S sweet, stagey film, Fish Don't Blink (2002) regards a semi-crazy girl, Clara (Lea Thompson), & her "talking" catfish that eats cat food. Can't help but wonder if this is an intentional reference to a classic comedy, A Fish Called Wanda (1988).
The limited location that gives Fish Don't Blink such a live-play feeling is inside a roadside cafe on a mostly deserted highway.
The place is run by Clara & her brother Jimmy. Her brother is played by the usually annoying Wil Wheaton, the unconvincing super-genius-child from the Next Generation Star Trek series, who needed to be strangled. But this time he turns in what struck me as a quality performance.
Jimmy would like to "get out of dodge" so to speak, but can't abandon Clara whose simple nature he believes means she could never survive without him.
Very likely her nuttiness has more smarts attached than Jimmy is willing to admit, & she's just his excuse for cowardliness. But on the surface at least, he is caught between needing to be needed, & resentment over being trapped for her sake.
These two characters would almost be enough to carry the film, & Lea Thompson frankly could've been the whole show & I'd've been satisfied. But there are other fine performances from a full array of odd ducks. Richard Grieco is Pete, devoting himself Tonie Perensky as Frances, a gangster's moll.
They're on the lam for fear of their lives, as Frances was witness to a gangland murder, & some very bad guys are after them. Before the show runs its course, these bad guys will enter stage left, to add the spice of danger to comic doings.
Pete & Frances are by no means lovers, however, & in fact Frances very quickly finds herself drawn to Jimmy who hates being a hick of a truckstop cook, so she figures she can convince him to run away with her.
Pete by contrast almost by instinct begins to take over kitchen responsibilities & is a fabulous cook. Plus he's much more capable than Jimmy of understanding how Clara has a method to her madness & is not a helpless nuisance.
Upon this possibility that Pete & Jimmy should swap places in life, much of the emotional impetus of the story progresses, though obviously that's not something easily done, especially with hitmen descending upon the desert cafe.
The second-best character after Clara with her fish is Harry James (John Duncan), a cartoon of a man who does his own used car commercials on television, but is only fooling himself that he's happy. What would really make him happy is owning his own carnival-land, Harry James Park.
If you scratch the surface of a used car tycoon, you find a small child eager to please an endless supply of friends such as he lacks in his present life. How his dreams come true is a whimsical side-plot enriching this goofball tapestry.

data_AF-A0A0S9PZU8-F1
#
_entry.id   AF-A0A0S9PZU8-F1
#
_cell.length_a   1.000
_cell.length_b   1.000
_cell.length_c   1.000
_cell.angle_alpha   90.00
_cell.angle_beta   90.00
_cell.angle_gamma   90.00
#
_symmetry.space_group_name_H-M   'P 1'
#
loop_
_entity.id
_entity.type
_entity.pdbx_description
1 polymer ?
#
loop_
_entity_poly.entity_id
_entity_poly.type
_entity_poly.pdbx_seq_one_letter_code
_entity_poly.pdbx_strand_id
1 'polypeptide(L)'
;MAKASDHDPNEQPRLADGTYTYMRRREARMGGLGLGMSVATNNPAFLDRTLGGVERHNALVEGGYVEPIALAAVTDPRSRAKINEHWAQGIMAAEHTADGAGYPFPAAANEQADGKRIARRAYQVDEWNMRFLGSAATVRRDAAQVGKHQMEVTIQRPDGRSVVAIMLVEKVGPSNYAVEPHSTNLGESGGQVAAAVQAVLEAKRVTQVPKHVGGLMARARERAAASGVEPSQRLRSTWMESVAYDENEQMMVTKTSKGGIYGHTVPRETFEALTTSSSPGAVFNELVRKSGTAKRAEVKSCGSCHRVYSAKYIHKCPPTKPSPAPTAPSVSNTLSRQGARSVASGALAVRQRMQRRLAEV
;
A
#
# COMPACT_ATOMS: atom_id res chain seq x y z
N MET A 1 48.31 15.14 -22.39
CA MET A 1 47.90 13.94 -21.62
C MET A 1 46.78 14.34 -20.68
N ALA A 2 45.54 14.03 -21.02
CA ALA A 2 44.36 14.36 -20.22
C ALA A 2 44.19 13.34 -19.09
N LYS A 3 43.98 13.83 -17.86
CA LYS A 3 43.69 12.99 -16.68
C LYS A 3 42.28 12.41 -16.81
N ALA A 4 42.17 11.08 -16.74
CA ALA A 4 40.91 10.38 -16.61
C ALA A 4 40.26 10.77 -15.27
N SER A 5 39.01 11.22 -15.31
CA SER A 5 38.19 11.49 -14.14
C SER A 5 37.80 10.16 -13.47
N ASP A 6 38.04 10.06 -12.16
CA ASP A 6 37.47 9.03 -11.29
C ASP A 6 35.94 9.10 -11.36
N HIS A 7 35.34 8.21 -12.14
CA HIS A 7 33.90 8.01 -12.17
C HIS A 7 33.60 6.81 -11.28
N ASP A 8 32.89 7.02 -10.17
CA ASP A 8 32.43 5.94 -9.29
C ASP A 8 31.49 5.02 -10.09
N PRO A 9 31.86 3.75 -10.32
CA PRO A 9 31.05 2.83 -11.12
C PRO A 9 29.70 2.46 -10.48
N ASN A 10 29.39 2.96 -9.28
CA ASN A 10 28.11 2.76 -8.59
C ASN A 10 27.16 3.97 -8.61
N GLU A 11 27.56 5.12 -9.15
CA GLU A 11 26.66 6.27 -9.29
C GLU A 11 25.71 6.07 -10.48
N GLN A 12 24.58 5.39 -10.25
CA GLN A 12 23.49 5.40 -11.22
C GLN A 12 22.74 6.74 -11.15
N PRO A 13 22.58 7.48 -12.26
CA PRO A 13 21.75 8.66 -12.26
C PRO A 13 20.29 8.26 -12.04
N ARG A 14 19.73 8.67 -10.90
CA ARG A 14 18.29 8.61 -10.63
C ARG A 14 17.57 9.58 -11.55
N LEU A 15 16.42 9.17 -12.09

Pete's "dream" to be a frycook & Harry's "dream" to run an amusement park are exactly the kind of little goals people have, yet so often miss out on. While trying not to be killed by gangsters, these wonderful, decent, but in many ways lost souls do begin to sort it all out for each other & themselves.
This likeable, small film seems to have vanished from the marketplace, a commercial dud. It maybe that the impression of this being a filmed live play was off-putting for some viewers, & ordinarily I'd agree a movie is not just a play caught on camera. And the acting could fairly be dismissed as hammy as each characters tosses him or herself from one side of the cafe to the other trying to one-up whoever dominated the previous scene.
But I experienced the hamminess as adding to the fun, & if these actors aren't exactly geniuses, they capture the spirit of a whimsy-packed script just fine. And for me the film completely overcame it's limited staging with sufficiently varied camera angles & edits & occasional soujourns outside to be a "movie" & not just the live play it might've been.
I'm not usually the most pleased by comedies, not if they're the sort that feature Saturday Night Live alumni or are about eternally childish middleaged men acting out jokes mostly about their peckers. "Mainstream" comedy films are so juvenile they have got to constitute the worst of all film genres, well below cheapo zombie flicks or amateur porn in creative worth.
And sometimes the quirkiest comedies fail to find a deserved audience because people who like comedies about middleaged men's peckers & little-boy pretenses, understand that an actorly independent film is too intelligent for them. They'll never give it a try. But intelligent viewers may rightly have been put off filmic comedies by the sheer awfulness of ninety-nine point nine nine nine percent of the releases, & mistrust that this one or that one could really be an exception.
Fish Don't Blink however is a treasure of independent cinema, a comedy to delight, worth owning outright to watch now & then, whenever someone comes over who never saw it.
copyright © by Paghat the Ratgirl